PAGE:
"Money, Trains, and Guillotines is the first extended study of art and activism in Japan during the 1960s, and as such it constitutes a major contribution not only to the history of Japanese art and politics but also to our knowledge of activism in the 1960s." - Thomas LaMarre, author of The Anime Machine: A Media Theory of Animation "The annual Yomiuri Independant exhibition, the Hi Red Center group, and the 1000 Note Trial are surely among the most significant avant-garde initiatives anywhere in the world in the 1960s. This stunning study assesses the oppositional politics of these and other Japanese avant-garde undertakings by probing deep into the history of that which they opposed: the arrogation of power by the postwar Japanese state over everyday life. In William Marotti's hard-hitting theoretical analysis and accessible prose, the seemingly nonsensical antics of avant-gardists become occasions for grasping fundamental truths about the political makeup of postwar Japanese society." - Bert Winther-Tamaki, author of Maximum Embodiment: Yoga, the Western Painting of Japan, 1912-1955 "Money, Trains, and Guillotines is the first extended study of art and activism in 1960s Japan, and as such it constitutes a major contribution, not only to the history of Japanese art and politics but also to our knowledge of 1960s activism." - Thomas LaMarre, author of The Anime Machine: A Media Theory of Animation "Obsessively tracing and documenting the legal, political and artistic contexts of Akasegawa's work, Marotti attempts a synthetic analysis of the artist's thought and of a 'wider politics of culture in Japan after the Second World War'. He further proposes his study as a demonstration of the kind of thematically based analysis that weaves multiple strands of information into expanding networks of interpretation, in contrast to the reductivist, chronological approach taken in most historical texts." - Art Review, May 1st 2013Vom Verlag:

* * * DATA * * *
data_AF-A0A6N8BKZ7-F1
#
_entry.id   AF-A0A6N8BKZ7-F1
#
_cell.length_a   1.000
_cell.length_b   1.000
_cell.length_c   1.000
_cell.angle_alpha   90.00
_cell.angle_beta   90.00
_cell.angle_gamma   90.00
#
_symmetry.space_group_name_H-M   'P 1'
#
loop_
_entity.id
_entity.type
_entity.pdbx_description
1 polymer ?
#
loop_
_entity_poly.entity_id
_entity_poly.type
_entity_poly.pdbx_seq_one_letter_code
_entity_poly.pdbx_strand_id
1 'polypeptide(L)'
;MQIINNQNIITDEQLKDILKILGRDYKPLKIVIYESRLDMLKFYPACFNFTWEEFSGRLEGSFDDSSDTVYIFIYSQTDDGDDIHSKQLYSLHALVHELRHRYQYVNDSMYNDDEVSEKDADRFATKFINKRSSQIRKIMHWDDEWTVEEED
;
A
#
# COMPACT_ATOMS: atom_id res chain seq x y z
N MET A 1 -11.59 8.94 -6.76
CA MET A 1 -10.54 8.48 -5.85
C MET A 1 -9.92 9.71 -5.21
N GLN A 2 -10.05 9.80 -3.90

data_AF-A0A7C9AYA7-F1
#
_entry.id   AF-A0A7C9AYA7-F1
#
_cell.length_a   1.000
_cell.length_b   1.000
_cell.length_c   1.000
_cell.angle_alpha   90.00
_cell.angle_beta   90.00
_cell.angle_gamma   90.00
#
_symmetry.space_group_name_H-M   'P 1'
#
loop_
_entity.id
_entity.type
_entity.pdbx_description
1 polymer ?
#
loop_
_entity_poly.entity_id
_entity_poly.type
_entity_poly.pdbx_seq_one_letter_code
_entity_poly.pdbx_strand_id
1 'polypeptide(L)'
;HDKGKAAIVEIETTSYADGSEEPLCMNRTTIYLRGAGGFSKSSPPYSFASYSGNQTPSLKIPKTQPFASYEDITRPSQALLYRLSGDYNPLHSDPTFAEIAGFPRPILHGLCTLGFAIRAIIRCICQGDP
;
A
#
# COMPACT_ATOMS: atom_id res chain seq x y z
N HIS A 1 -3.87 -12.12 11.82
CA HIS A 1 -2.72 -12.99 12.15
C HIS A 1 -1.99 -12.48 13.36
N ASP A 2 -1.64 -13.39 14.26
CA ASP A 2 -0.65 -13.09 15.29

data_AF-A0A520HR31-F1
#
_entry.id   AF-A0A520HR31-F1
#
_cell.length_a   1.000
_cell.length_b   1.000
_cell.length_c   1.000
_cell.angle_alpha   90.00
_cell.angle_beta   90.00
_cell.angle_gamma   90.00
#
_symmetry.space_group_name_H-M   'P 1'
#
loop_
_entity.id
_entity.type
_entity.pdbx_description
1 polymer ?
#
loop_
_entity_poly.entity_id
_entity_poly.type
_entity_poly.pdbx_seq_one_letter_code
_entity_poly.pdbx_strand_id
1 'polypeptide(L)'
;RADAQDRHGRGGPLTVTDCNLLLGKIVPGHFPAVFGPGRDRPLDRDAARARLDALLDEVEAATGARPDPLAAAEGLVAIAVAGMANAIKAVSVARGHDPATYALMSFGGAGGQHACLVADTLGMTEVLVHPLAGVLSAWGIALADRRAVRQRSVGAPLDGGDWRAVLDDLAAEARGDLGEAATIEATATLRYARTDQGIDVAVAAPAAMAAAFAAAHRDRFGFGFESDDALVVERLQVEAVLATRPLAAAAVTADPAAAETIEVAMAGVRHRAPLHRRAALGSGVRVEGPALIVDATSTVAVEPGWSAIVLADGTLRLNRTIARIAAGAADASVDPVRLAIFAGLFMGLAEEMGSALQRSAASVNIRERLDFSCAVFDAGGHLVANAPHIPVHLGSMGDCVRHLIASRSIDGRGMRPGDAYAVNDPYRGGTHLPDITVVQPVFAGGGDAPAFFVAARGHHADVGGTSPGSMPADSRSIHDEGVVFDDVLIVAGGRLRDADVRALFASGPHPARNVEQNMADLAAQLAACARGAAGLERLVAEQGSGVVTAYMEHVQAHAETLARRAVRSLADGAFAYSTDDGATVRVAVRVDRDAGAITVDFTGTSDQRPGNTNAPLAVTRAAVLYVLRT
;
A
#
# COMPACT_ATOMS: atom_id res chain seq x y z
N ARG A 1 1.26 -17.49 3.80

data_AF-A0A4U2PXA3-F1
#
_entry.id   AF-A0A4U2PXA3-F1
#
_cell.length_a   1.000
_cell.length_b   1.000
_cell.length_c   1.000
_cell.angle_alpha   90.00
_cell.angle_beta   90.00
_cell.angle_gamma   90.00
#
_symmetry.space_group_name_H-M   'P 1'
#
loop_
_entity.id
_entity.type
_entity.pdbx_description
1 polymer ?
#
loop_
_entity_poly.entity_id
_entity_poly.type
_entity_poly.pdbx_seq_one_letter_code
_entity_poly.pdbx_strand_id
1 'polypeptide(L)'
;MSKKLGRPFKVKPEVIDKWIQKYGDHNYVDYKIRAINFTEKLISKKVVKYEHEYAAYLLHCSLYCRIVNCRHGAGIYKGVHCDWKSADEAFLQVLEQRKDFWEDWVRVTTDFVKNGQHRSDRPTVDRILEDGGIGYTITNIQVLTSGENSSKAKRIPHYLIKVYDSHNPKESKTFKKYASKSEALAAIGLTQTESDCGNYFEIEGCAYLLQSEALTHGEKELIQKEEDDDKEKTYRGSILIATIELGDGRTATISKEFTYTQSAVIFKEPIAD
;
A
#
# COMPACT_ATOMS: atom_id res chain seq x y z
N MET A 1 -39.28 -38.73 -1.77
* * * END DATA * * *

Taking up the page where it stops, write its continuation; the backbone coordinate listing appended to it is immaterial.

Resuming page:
During the 1960s a group of young artists in Japan challenged official forms of politics and daily life through interventionist art practices. William Marotti situates this phenomenon in the historical and political contexts of Japan after the Second World War and the international activism of the 1960s. The Japanese government renewed its Cold War partnership with the United States in 1960, defeating protests against a new security treaty through parliamentary action and the use of riot police. Afterward, the government promoted a depoliticized everyday world of high growth and consumption, creating a sanitized national image to present in the Tokyo Olympics of 1964. Artists were first to challenge this new political mythology. Marotti examines their political art, and the state's aggressive response to it. He reveals the challenge mounted in projects such as Akasegawa Genpei's 1,000-yen prints, a group performance on the busy Yamanote train line, and a plan for a giant guillotine in the Imperial Plaza. Focusing on the annual Yomiuri Independant exhibition, he demonstrates how artists came together in a playful but powerful critical art, triggering judicial and police response. Money, Trains, and Guillotines expands our understanding of the role of art in the international 1960s, and of the dynamics of art and policing in Japan.
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Buchbeschreibung Combined Academic Publishers Mrz 2013, 2013. Taschenbuch. Buchzustand: Neu. 234x155x25 mm. Neuware - Expands our understanding of the role of art in the international 1960s, and of the dynamics of art and policing in Japan Englisch. Artikel-Nr. 9780822349808